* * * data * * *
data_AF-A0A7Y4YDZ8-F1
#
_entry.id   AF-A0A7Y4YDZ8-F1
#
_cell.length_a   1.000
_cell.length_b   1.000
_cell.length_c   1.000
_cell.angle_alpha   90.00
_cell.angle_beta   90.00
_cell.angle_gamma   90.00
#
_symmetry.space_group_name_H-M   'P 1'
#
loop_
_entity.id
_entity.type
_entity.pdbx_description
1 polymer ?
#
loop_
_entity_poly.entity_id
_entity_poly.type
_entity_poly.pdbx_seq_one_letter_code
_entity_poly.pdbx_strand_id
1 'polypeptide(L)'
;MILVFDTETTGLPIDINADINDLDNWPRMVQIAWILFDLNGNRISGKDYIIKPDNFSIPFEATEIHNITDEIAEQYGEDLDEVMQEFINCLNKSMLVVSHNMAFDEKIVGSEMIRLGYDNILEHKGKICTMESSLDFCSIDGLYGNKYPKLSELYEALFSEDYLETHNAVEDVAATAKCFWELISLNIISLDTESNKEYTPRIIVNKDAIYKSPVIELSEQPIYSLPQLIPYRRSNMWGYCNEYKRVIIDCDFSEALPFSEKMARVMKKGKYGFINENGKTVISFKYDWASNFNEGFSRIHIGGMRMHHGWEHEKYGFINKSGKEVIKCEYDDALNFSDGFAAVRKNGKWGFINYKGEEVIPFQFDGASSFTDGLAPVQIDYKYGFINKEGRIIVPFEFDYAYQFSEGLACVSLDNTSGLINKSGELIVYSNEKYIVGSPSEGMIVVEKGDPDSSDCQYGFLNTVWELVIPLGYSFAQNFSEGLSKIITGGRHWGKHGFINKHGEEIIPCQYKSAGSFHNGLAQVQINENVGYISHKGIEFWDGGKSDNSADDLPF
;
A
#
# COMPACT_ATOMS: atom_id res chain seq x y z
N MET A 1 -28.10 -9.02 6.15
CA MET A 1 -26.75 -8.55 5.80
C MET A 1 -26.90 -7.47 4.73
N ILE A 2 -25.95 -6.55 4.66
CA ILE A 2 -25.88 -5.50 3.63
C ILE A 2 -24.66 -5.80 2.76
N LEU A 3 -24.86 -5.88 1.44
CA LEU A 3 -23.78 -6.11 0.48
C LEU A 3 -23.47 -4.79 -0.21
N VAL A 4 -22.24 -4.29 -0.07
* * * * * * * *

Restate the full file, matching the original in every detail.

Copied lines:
data_AF-A0A7Y4YDZ8-F1
#
_entry.id   AF-A0A7Y4YDZ8-F1
#
_cell.length_a   1.000
_cell.length_b   1.000
_cell.length_c   1.000
_cell.angle_alpha   90.00
_cell.angle_beta   90.00
_cell.angle_gamma   90.00
#
_symmetry.space_group_name_H-M   'P 1'
#
loop_
_entity.id
_entity.type
_entity.pdbx_description
1 polymer ?
#
loop_
_entity_poly.entity_id
_entity_poly.type
_entity_poly.pdbx_seq_one_letter_code
_entity_poly.pdbx_strand_id
1 'polypeptide(L)'
;MILVFDTETTGLPIDINADINDLDNWPRMVQIAWILFDLNGNRISGKDYIIKPDNFSIPFEATEIHNITDEIAEQYGEDLDEVMQEFINCLNKSMLVVSHNMAFDEKIVGSEMIRLGYDNILEHKGKICTMESSLDFCSIDGLYGNKYPKLSELYEALFSEDYLETHNAVEDVAATAKCFWELISLNIISLDTESNKEYTPRIIVNKDAIYKSPVIELSEQPIYSLPQLIPYRRSNMWGYCNEYKRVIIDCDFSEALPFSEKMARVMKKGKYGFINENGKTVISFKYDWASNFNEGFSRIHIGGMRMHHGWEHEKYGFINKSGKEVIKCEYDDALNFSDGFAAVRKNGKWGFINYKGEEVIPFQFDGASSFTDGLAPVQIDYKYGFINKEGRIIVPFEFDYAYQFSEGLACVSLDNTSGLINKSGELIVYSNEKYIVGSPSEGMIVVEKGDPDSSDCQYGFLNTVWELVIPLGYSFAQNFSEGLSKIITGGRHWGKHGFINKHGEEIIPCQYKSAGSFHNGLAQVQINENVGYISHKGIEFWDGGKSDNSADDLPF
;
A
#
# COMPACT_ATOMS: atom_id res chain seq x y z
N MET A 1 -28.10 -9.02 6.15
CA MET A 1 -26.75 -8.55 5.80
C MET A 1 -26.90 -7.47 4.73
N ILE A 2 -25.95 -6.55 4.66
CA ILE A 2 -25.88 -5.50 3.63
C ILE A 2 -24.66 -5.80 2.76
N LEU A 3 -24.86 -5.88 1.44
CA LEU A 3 -23.78 -6.11 0.48
C LEU A 3 -23.47 -4.79 -0.21
N VAL A 4 -22.24 -4.29 -0.07